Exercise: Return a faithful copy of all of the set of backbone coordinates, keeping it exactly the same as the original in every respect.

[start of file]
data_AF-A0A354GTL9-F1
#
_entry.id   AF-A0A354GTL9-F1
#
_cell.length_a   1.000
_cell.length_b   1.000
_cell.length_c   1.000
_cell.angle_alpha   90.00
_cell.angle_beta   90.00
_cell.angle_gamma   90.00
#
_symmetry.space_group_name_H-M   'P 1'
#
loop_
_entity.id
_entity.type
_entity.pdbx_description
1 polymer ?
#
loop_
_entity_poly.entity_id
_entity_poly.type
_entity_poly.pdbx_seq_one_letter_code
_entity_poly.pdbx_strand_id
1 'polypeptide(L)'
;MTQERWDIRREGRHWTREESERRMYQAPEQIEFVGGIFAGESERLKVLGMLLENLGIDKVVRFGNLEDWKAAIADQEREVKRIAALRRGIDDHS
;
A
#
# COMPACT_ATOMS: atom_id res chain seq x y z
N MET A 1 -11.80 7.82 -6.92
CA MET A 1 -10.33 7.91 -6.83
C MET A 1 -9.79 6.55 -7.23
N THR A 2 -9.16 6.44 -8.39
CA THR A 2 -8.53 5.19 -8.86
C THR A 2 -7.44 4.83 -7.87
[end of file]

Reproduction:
data_AF-A0A354GTL9-F1
#
_entry.id   AF-A0A354GTL9-F1
#
_cell.length_a   1.000
_cell.length_b   1.000
_cell.length_c   1.000
_cell.angle_alpha   90.00
_cell.angle_beta   90.00
_cell.angle_gamma   90.00
#
_symmetry.space_group_name_H-M   'P 1'
#
loop_
_entity.id
_entity.type
_entity.pdbx_description
1 polymer ?
#
loop_
_entity_poly.entity_id
_entity_poly.type
_entity_poly.pdbx_seq_one_letter_code
_entity_poly.pdbx_strand_id
1 'polypeptide(L)'
;MTQERWDIRREGRHWTREESERRMYQAPEQIEFVGGIFAGESERLKVLGMLLENLGIDKVVRFGNLEDWKAAIADQEREVKRIAALRRGIDDHS
;
A
#
# COMPACT_ATOMS: atom_id res chain seq x y z
N MET A 1 -11.80 7.82 -6.92
CA MET A 1 -10.33 7.91 -6.83
C MET A 1 -9.79 6.55 -7.23
N THR A 2 -9.16 6.44 -8.39
CA THR A 2 -8.53 5.19 -8.86
C THR A 2 -7.44 4.83 -7.87